PMI rates and tests them as both twin and double use....but really we are talking about using these things for rappeling, not falling...but even then, the very low impact force of the 8.1mm in the double mode negates the need for "screamers" or any of that stuff. Even as a twin, the impact force is pretty low, better than most single ropes. you can simu-rap with them even if you are fat. They get a little flat but come back. I've rap'd a bunch on them and I just can't throw them out...the sheaths are still good, they've got bounce to them, although I've still never fallen on them on ice or rock or dirt. i trimmed them to 50 meters from sixty and just keep using them (maybe 5 years??).

 

look at the weight of a pair of them compared to any single (plus a second rap line of any sort) or other doubles.

 

Consider the impact force of these in double mode (when the protection/belay is poor) and the impact force in the twin mode (bolts, good cracked granite) and do the math.

 

If you need two ropes to rappel, no question.

 

If want to minimize impact force, no question (double).

 

If you want minimize elongation to avoid a ground/ledge fall due to stretch, no question (twin).

 

If you want to reduce drag on the wandering route - double mode.

 

The only thing they suck for is single pitch sport climbing and they aren't too neat for the seconds when climbing as three because if they fall, they are going to stretch the fall into a good distance and could cut the rope if sharp corners, etc are around.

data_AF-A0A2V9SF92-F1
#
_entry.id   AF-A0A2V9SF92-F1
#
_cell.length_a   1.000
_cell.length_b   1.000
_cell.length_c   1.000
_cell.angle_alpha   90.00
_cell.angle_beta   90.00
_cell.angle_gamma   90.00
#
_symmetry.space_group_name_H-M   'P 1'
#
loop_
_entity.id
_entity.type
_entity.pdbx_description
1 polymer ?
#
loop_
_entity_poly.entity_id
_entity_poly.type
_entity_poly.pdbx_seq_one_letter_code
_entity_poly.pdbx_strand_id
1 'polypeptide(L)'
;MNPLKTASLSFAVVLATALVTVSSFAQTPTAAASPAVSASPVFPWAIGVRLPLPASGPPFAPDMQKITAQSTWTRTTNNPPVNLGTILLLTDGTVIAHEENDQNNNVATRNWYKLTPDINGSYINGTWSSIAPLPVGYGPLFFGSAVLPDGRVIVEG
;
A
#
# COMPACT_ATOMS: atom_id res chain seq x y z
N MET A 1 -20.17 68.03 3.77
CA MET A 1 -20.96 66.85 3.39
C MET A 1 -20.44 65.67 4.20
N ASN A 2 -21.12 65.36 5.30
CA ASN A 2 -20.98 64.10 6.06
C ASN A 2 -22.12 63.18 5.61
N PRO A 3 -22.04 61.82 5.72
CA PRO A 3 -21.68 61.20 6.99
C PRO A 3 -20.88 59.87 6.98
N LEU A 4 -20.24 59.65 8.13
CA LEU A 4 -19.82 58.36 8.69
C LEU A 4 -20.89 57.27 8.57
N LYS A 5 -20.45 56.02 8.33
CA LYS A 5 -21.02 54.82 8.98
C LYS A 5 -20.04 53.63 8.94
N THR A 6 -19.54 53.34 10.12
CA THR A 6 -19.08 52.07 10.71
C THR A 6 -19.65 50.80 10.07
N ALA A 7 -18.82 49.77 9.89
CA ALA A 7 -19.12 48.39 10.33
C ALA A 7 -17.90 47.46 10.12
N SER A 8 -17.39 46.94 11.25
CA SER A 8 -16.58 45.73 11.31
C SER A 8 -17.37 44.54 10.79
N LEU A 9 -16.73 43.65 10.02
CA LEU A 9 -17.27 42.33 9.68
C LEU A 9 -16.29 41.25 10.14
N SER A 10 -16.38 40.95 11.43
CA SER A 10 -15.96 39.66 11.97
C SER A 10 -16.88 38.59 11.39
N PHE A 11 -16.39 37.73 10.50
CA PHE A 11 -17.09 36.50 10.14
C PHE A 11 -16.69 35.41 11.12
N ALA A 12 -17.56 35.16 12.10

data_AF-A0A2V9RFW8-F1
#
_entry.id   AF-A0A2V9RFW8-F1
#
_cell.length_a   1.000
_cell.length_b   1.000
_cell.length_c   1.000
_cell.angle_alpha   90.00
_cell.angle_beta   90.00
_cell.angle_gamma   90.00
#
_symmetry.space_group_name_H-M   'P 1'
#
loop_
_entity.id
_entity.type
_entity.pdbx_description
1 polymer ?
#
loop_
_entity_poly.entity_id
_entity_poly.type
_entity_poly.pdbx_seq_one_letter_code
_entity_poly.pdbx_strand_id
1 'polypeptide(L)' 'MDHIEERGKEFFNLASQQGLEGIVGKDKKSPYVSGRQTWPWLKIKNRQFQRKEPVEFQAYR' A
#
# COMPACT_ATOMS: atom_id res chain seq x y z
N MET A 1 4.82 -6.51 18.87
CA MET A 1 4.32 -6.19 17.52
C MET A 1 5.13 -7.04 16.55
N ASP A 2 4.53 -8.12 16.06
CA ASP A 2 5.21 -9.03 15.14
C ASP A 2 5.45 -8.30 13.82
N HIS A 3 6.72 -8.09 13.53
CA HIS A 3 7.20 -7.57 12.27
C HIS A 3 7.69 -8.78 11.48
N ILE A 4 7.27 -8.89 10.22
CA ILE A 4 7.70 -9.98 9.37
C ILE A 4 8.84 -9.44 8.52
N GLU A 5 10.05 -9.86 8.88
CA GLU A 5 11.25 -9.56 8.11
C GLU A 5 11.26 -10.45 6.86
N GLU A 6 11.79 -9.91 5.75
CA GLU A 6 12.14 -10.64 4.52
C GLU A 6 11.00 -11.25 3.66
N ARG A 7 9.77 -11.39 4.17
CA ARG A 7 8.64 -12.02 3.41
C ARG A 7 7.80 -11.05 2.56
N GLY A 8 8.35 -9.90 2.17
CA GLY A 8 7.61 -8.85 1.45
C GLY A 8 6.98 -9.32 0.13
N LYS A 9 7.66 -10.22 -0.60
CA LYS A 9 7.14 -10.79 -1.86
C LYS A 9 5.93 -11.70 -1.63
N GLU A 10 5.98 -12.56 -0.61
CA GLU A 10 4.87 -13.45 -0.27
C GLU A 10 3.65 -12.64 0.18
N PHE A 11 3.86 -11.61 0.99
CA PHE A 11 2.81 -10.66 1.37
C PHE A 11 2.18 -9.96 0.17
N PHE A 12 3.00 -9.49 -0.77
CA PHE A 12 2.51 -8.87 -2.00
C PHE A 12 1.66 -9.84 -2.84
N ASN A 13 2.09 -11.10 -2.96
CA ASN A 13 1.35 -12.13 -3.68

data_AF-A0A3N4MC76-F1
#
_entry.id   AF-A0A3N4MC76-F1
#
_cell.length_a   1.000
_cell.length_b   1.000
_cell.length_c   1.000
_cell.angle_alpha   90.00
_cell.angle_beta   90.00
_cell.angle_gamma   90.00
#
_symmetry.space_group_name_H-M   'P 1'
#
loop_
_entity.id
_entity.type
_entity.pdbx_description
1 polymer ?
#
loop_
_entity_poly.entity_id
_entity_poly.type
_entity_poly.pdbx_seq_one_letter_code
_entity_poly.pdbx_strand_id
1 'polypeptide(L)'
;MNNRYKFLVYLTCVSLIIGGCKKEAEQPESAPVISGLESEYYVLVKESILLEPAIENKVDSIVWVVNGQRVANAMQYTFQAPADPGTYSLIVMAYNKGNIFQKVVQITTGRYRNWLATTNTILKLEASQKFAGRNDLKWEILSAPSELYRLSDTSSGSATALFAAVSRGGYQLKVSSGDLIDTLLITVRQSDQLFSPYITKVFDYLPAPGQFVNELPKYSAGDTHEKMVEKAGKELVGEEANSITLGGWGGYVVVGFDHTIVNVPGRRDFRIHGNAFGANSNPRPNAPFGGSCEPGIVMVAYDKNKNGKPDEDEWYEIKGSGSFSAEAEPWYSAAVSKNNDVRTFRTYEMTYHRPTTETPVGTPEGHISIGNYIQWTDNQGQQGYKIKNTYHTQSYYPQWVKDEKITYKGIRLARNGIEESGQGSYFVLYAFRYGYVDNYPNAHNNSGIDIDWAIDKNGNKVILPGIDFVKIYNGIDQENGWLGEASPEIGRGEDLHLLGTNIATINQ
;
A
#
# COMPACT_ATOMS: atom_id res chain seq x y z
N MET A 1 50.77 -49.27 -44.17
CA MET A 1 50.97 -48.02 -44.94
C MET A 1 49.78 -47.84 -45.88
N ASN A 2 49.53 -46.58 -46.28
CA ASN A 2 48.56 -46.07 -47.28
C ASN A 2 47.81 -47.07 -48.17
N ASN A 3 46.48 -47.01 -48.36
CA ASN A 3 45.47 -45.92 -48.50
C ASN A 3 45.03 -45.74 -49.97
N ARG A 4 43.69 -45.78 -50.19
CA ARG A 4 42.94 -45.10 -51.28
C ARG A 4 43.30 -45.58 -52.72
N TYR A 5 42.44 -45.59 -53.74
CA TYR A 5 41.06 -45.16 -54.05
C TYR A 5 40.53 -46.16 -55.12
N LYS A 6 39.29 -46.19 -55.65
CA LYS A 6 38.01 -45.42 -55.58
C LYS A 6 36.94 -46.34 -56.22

http://www.pmirope.com/sport/pmiropes/dynamic/halftwin-8_1verglas.html

Share this post


Link to post
Share on other sites

Sorry for the confusion Steve. I added that bit at the last moment without rereading it. You have set the record straight. With 2 subsequent clips on one rope, either the second piece would have to fail or the rope break before impacting the "other" rope.

 

I'm thinking ice climbing mostly as that's what I do most and am most inclined to use a 2 rope system. I tend to run it out more than many so this stuff got me thinking. So taking Ice baby's advise, best to for sure clip alternate ropes for your first two screws no matter what. But in a scenario say with a situ where you go around a big corner and you want to direct both ropes, you might be ok to clip both as long as you go back alternate clipping again for the next few screw. Obviously there are a bazillion scenarios and best to not clip both as a rule, but to do so isn't neccessarily gonna cause both ropes to fail or anything.

 

So if you are climbing with TWINS, and you are basically clipping both ropes and get to a place where you could significanly reduce rope drag by making a few placements with alternating clips, Is that terrible?

Share this post


Link to post
Share on other sites

Those 8.1mm ropes are indeed nice. thumbs_up.gif

 

The only thing they suck for is single pitch sport climbing and they aren't too neat for the seconds when climbing as three because if they fall, they are going to stretch the fall into a good distance and could cut the rope if sharp corners, etc are...